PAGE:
Students Recieve Weiss Price

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The Emil R. and Tamar Weiss Prize for 2016 has recently been awarded to recipients Rachael Smith ’16 and Anastasia Putri ’16.

The Weiss Prize, established in 1986, is awarded annually to students majoring in English with a creative-writing emphasis, theatre and dance, art and art history or music, according to an article on Dickinson’s website from March 2014.

Of these departments, this year’s recipients have been selected from the dance and music departments. Putri, a double major in anthropology and dance, will be choreographing the movement of the work while Smith, a music composition major, will be writing the music.

The procedure of becoming a Weiss prize recipient begins with a written proposal. According to Professor Jen Blyth, music department chair, the proposal is expected to include an estimated budget, required facilities and any other needed resources.

After the proposal is written, it will receive nominations in March from each individual artistic department. It is then sent to a six-member committee, which consists of  a representative each from the Departments of Art and Art History, English, Music and Theatre and Dance, as well as the Provost and Dean of the College.

“[The project] is tentatively called ‘Dichotomous Perspectives.’ You know how art is, you never really know what it’s going to be until it’s done,” explained Smith. “This project will explore seemingly opposing themes as well as the way in which one event is experienced through different perspectives.”

“You know when you talk about experience, it’s so much metaphysics. I think that’s also a part of why we want to do this project, because it has so much space for us to explore it,” said Putri.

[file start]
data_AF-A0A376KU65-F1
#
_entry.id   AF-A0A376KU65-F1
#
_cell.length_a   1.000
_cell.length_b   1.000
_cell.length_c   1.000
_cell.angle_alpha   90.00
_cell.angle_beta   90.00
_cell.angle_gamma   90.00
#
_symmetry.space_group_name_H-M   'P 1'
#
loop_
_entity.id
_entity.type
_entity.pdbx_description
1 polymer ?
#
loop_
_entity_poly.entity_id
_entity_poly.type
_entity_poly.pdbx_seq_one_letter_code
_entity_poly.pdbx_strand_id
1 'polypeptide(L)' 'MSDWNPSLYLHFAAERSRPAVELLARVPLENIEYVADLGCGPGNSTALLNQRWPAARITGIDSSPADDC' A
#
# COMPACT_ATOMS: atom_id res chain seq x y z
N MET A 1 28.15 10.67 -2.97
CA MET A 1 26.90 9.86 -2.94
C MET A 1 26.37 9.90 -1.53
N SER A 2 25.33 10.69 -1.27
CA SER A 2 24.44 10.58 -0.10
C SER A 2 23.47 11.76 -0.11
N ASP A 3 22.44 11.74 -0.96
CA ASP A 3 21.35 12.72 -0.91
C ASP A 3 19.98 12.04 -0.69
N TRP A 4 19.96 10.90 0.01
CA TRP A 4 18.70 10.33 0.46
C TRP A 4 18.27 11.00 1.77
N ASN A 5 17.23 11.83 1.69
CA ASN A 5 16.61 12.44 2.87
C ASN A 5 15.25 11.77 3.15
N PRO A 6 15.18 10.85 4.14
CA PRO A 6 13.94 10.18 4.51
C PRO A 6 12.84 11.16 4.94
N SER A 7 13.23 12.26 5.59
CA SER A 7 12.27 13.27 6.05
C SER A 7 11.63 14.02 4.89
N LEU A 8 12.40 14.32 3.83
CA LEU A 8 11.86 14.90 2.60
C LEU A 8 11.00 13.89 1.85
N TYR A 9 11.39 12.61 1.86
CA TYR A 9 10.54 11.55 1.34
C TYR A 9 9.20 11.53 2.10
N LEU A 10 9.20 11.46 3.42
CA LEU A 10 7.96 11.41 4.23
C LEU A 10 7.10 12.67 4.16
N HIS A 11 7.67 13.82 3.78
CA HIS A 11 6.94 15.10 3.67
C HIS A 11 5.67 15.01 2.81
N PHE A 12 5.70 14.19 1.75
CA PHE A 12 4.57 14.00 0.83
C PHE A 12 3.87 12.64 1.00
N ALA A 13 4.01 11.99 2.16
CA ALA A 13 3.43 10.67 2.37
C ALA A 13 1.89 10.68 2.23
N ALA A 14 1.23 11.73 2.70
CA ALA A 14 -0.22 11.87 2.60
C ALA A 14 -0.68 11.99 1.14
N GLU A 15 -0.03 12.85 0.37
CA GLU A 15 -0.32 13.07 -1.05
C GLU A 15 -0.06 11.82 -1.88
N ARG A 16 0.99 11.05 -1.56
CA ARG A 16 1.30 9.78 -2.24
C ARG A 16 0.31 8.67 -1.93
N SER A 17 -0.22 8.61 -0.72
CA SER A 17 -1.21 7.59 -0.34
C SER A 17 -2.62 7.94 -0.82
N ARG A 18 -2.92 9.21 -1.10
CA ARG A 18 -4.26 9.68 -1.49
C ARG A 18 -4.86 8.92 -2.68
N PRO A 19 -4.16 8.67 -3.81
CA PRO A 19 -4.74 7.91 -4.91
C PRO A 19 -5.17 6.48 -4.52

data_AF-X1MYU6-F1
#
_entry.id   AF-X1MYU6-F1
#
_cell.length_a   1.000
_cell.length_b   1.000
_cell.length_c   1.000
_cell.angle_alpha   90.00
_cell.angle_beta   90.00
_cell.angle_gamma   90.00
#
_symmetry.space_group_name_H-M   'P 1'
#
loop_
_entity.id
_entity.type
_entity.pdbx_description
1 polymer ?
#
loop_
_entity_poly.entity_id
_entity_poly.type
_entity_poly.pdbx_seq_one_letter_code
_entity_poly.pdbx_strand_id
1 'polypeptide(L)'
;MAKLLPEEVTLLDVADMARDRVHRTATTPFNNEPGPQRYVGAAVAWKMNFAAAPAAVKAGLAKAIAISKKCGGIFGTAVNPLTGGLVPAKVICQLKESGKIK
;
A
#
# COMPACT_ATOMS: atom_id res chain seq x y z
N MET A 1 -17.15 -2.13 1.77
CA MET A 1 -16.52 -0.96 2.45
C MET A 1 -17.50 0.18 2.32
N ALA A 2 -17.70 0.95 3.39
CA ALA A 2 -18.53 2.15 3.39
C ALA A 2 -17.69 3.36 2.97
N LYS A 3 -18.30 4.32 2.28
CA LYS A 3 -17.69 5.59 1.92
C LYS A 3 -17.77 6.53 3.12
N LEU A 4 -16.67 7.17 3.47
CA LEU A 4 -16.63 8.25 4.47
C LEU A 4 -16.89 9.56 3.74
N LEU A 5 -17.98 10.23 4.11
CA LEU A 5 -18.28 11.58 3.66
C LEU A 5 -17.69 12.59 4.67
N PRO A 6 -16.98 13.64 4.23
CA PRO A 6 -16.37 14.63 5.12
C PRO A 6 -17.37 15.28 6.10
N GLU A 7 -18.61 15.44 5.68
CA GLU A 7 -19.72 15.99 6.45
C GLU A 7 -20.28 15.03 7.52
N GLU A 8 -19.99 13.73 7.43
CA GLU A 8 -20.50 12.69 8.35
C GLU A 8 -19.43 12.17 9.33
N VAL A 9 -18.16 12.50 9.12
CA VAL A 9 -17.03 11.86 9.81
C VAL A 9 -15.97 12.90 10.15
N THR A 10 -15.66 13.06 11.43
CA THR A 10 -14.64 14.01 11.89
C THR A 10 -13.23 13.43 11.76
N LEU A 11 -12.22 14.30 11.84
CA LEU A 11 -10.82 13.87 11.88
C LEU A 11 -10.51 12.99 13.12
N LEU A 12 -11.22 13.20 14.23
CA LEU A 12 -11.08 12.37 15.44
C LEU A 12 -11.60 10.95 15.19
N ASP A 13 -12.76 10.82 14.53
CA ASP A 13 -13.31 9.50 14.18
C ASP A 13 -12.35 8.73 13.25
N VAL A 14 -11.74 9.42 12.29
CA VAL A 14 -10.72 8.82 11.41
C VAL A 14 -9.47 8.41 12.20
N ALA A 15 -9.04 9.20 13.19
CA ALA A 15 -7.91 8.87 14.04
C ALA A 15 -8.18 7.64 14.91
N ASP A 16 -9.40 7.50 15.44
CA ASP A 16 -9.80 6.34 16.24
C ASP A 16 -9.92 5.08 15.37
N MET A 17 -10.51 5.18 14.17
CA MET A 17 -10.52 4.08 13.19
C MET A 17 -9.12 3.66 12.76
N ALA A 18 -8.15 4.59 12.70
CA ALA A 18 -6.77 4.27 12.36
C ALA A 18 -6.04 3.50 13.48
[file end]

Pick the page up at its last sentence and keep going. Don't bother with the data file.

According to both Smith and Putri, the project began with a conversation held at the Quarry. Through speaking to each other in normal dialogue, it was realized that although

the same words might be spoken and heard, different meanings are interpreted.

“Experience is like that, any experience. Anything that happens to you, if it happens to someone else, the exact same time, the exact same way, it’s still going to happen in a different way because everybody’s different. And that’s the shift in perspective,” said Smith.

Putri added, “There’s so much. We wrote in our proposal that we would explore topics, like flight and ground, because I feel like I’m always so flighty. … Carlisle is not my center.”

Although the inspiration was found through these biographical moments and realizations, the piece itself will not be biographical, said Smith.

To begin the compositional process, Smith and Putri recorded a discussion about various topics dealing with perspectives. Since recording, Smith has been taking the audio apart and looking for five different ideas within the speech itself.

She said, “The music for the piece is going to be based on the differences in both the speech patterns and inflections and also the meaning of the speech, so just the way that both of us respond to the same thing in different ways, which is kind of just a physical manifestation of the idea that two people experience things in different ways.”

At the performance of the piece next spring, the recordings of the words themselves will be played before the piece begins so that the audience understands where the melodic ideas came from.

“It’s not going to be an electronic mix, like where the words are spread throughout,” added Smith.

As for the choreography, Putri said it will be “the same idea,” taking the “different, seemingly opposing themes, pulling them into movement and exploring the changes.”

The work of the piece will continue through until the performance next spring, but Smith hopes to finish the composition by the end of summer in order to allow time for the choreography.

“We’re thinking that … the rehearsals we’ll start in the fall. Teching will start early spring because we’re thinking of doing it in two different space. So that might need some extra time, figuring out spaces,” said Putri.

The two intended performance spaces are Mathers Theatre and Goodyear. By incorporating two different spaces into the project, Putri and Smith are hoping to ensure the message of differing perspectives is conveyed.

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